In Act 2 Scene 1, Oberon sends Puck to collect contents for a potion to make characters fall in love. Consider the words of Oberon (Act 2, Scene 1, lines 155–75):
That very time I saw, but thou couldst not,
Flying between the cold moon and the earth,
Cupid all arm’d: a certain aim he took
At a fair vestal throned by the west,
And loosed his love-shaft smartly from his bow,
As it should pierce a hundred thousand hearts;
But I might see young Cupid’s fiery shaft
Quench’d in the chaste beams of the watery moon,
And the imperial vot’ress passed on,
In maiden meditation, fancy-free.
Yet mark’d I where the bolt of Cupid fell:
It fell upon a little western flower,
Before milk-white, now purple with love’s wound,
And maidens call it Love-in-idleness.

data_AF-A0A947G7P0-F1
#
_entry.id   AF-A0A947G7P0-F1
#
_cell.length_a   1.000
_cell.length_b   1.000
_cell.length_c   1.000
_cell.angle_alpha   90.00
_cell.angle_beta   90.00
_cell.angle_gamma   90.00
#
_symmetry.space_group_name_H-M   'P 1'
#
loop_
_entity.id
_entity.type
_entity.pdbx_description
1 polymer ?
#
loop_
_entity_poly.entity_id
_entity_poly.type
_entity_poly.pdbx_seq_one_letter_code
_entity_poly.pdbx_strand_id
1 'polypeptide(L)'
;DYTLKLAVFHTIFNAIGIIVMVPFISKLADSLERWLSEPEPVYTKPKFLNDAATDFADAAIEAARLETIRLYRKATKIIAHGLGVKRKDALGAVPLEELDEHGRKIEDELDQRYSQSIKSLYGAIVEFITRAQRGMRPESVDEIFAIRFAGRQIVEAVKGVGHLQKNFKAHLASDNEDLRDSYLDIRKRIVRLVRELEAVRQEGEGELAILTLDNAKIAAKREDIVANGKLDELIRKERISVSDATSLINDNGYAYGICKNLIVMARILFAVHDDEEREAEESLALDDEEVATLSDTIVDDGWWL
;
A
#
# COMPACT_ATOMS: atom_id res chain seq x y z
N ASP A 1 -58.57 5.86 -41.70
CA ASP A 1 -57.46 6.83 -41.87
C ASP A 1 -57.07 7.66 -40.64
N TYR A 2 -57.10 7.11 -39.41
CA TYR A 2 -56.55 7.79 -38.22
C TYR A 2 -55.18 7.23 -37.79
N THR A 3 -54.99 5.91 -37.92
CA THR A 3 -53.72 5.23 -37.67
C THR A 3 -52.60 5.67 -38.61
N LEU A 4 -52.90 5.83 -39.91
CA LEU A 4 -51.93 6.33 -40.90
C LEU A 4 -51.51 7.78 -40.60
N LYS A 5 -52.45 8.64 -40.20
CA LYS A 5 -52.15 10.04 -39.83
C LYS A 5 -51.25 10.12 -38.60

Fetch me that flower; the herb I shew’d thee once:
The juice of it on sleeping eye-lids laid
Will make or man or woman madly dote
Upon the next live creature that it sees.
Fetch me this herb; and be thou here again
Ere the leviathan can swim a league.
Act 2, Scene 1
Answer the following questions.
- Oberon refers to Cupid. Who is Cupid and why would Oberon refer to him?
- Oberon uses the word ‘fiery.’ Why? What does fire suggest and what effect does it have?
- What is a leviathan? What do you think Oberon means by the final line?
Illustrate this scene as a comic strip.